By Crystal D. Thomas, DPT
What is Pain?
Pain is one of the most common symptoms that may lead someone to seek the help of a physical therapist or other health care professional. Pain protects you by alerting you of danger, often before you are injured. It makes you move differently, think differently, and behave differently, which also makes it vital for healing. (Butler, 8)
No matter what type of pain you have, it’s important to learn how to effectively manage it.
Pain is an output from the brain.
While we used to believe that pain originated within the tissues of our body, we now understand that pain does not exist until the brain determines it does. The brain uses a virtual “road map” to direct an output of pain to tissues that it suspects may be in danger. This process acts as a means of communication between the brain and the tissues of the body, to serve as a defense against possible injury or disease.
Occasionally the pain system appears to act oddly – like the thumbtack in your toe that may not even hurt until you notice blood at the injury site. Other times, the pain system actually fails – some life-threatening cancers aren’t painful, which is the very reason they can go undetected and become fatal. Even if problems do exist in your joints, muscles, ligaments, nerves, or immune system, it won’t hurt if your brain thinks you are not in danger.
The reverse holds true, even if no problem exists in your body, the brain is capable of telling certain parts of your body that it hurts in an effort to protect the body if the brain thinks its necessary.
The degree of injury does not always equal the degree of pain.
Research has demonstrated that we all experience pain in our own way. While some of us experience major injuries with little pain, others experience minor injuries with a lot of pain (think of a paper cut). If you sustain an injury, its important to see a physician so they can assess the extent of your injury.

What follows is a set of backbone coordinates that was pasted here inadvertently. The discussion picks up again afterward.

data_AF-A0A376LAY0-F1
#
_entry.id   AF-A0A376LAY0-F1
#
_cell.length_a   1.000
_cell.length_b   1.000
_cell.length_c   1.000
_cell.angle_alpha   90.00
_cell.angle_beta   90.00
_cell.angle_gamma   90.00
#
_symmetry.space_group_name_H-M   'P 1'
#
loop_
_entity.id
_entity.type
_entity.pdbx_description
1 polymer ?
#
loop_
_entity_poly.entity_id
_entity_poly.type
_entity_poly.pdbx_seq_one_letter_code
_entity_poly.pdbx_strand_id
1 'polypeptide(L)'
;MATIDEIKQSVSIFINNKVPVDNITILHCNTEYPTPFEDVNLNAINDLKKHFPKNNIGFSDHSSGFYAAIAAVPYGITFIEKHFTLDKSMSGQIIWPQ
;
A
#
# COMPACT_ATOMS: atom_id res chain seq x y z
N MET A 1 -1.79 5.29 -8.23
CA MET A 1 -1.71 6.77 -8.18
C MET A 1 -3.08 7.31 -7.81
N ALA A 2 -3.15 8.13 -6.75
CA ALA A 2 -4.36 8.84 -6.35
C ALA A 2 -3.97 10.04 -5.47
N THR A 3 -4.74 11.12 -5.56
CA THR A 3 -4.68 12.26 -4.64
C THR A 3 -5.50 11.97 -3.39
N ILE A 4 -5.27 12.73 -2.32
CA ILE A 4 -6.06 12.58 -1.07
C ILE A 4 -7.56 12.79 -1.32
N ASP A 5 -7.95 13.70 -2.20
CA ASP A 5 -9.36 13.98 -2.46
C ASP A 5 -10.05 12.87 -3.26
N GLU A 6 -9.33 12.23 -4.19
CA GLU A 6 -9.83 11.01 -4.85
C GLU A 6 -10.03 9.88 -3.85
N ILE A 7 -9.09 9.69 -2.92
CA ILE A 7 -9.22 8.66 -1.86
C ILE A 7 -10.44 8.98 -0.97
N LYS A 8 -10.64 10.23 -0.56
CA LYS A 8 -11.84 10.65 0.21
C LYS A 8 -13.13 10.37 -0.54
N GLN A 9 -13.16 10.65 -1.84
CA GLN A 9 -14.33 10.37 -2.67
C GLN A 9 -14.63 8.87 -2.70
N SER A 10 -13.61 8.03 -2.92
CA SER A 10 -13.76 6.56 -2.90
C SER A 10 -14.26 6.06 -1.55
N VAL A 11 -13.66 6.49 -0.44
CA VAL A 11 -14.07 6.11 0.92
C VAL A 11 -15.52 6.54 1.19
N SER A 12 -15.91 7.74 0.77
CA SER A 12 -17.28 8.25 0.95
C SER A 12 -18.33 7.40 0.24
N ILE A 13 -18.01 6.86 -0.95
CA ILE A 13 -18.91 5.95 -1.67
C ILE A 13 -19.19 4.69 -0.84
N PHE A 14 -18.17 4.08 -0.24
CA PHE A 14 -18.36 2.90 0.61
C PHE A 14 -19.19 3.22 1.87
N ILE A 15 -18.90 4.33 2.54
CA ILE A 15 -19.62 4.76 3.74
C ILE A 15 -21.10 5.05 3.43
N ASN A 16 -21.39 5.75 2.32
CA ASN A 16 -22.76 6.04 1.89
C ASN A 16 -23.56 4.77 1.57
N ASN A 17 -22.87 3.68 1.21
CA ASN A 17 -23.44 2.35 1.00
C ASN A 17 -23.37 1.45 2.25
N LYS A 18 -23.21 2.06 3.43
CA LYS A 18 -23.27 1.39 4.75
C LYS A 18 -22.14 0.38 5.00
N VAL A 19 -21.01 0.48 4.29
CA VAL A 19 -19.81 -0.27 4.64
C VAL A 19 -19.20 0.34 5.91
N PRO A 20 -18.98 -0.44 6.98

Don’t skip your regular check ups and diagnostic tests to avoid injuries down the line.
A study performed on individuals 60 years or older who had no symptoms of low back pain found that 36% had a herniated disc, 21% had spinal stenosis, and more than 90% had a degenerated or bulging disc, upon diagnostic imaging. It’s important to get testing done to ensure that potential health problems don’t go unnoticed.
Psychological factors, such as depression and anxiety, can make your pain worse.
Pain can be influenced by many different factors, such as psychological conditions. A recent study in the Journal of Pain showed that psychological variables that existed prior to a total knee replacement were related to a patient’s experience of long-term pain following the operation. It’s important to seek professional guidance if emotional symptoms are affecting your health.
Pain management is a specialty.
Some physicians undergo fellowships after their residency to earn specialized degrees in pain management. These specialists are not only familiar with procedures or exercises that will help alleviate pain, but can educate you on ways to manage it yourself.
If you are experiencing any type of pain and are interested in speaking with your health care professional, download the following pain profile supplied by the American Physical Therapy Association. It includes a 5-day pain journal that you can provide to your doctor upon your visit.